1

I'm having some issues dealing with strings in a small Arduino app. I wonder why this code works:

mqtt.setServer("192.168.1.42", port);

and this code doesn't:

IPAddress ip = MDNS.queryHost(...);
mqtt.setServer(ip.toString().c_str(), port);

Even when strcmp returns 0 when I compare both:

strcmp(ip.toString().c_str(), "192.168.1.42"); // output = 0 => equality

I've also tried other alternatives, such as creating a char array, with no luck:

String ipstr = ip.toString();
char ipchar[ipstr.length() + 1];
ipstr.toCharArray(ipchar, ipstr.length() + 1);

mqtt.setServer(ipchar, port);

All alternatives compile, but the mqtt connection is never established later on. I must be missing something obvious because it works when I hardcode the "192.168.1.42" string.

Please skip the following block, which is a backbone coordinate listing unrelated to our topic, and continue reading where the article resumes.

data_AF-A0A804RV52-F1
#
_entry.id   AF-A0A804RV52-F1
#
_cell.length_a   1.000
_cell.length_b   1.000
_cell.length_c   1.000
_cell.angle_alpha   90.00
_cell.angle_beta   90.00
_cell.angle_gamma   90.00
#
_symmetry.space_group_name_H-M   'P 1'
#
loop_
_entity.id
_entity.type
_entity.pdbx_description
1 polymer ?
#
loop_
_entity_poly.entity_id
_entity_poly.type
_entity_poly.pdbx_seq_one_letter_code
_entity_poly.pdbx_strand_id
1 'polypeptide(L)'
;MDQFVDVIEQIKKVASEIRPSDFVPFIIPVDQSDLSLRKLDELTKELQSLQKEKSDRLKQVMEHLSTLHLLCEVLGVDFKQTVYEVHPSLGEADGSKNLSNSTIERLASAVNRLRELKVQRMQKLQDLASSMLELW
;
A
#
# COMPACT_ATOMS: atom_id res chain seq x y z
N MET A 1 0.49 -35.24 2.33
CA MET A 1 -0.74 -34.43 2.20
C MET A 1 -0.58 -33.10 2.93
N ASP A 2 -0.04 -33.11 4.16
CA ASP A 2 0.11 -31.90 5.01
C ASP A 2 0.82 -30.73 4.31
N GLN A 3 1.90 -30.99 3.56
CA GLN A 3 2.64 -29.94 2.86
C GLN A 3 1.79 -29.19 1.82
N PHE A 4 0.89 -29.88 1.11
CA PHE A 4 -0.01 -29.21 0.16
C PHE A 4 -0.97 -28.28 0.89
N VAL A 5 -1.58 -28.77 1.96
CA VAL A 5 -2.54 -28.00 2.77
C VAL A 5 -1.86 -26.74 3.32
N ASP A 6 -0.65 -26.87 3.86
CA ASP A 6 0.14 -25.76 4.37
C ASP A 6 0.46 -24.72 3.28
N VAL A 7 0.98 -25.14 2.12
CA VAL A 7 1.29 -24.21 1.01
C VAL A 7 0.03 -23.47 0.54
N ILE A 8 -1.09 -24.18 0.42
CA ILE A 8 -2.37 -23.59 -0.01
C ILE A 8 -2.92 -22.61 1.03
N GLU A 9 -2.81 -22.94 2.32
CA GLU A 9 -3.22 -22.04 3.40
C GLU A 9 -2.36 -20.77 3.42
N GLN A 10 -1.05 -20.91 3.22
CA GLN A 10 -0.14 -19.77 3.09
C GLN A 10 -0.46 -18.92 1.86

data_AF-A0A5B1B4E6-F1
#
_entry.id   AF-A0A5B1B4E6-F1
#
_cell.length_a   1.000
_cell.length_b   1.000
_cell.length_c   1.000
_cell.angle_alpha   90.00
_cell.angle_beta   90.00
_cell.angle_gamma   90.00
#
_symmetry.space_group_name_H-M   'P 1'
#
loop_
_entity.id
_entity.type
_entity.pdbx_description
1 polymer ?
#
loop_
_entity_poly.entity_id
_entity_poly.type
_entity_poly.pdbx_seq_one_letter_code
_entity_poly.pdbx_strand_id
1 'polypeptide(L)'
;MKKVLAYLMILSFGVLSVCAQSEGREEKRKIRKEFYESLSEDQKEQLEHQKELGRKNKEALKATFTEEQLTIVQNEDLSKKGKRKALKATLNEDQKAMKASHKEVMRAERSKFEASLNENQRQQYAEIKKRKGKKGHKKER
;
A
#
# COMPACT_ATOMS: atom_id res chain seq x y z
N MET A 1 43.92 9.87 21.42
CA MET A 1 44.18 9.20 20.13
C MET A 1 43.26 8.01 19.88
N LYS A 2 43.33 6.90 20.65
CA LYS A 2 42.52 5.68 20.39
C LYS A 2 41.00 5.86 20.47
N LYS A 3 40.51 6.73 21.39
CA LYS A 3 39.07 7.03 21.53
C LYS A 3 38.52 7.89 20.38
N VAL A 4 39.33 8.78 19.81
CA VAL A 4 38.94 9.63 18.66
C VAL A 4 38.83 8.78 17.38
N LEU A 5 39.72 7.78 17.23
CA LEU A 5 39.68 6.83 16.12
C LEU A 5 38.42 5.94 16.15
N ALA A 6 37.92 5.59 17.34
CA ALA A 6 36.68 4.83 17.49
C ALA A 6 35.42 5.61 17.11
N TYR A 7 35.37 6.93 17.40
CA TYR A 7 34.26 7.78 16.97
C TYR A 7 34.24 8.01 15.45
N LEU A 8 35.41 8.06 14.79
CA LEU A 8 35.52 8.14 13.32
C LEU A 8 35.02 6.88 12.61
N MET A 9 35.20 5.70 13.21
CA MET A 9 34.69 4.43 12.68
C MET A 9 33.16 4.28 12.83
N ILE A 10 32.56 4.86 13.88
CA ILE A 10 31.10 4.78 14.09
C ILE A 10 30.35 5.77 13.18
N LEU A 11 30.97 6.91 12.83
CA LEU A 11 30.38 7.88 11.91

• 3
    What does the mqtt.setServer do? Does it store a pointer reference or does it copy the input string to its own buffers? If you use a constant "192.168.1.42" then that string will be static. WHen you use ip.toString().c_str(), when the ip object is deallocated but .setServer() still has a reference to that char*, it's become invalid. Where is the library you're using? – Maximilian Gerhardt Jun 3 '18 at 15:11
6

PubSubClient::setServer(const char * domain, uint16_t port) just saves the pointer, it doesn't copy the string (probably because it expects a static string literal). (Source)
In your case, when ip goes out of scope, the pointer is no longer valid, so it won't work.

Just use the PubSubClient::setServer(IPAddress ip, uint16_t port) function instead. (Source)

Always read the API documentation, most libraries have one, even though it can be hard to find. The ReadMe and GitHub Wiki pages are a good place to start.
If that's insufficient (not uncommon for open source projects), read the header files, which list all functions of the library.
If you still have doubts about what a function does, refer to the actual implementation files.

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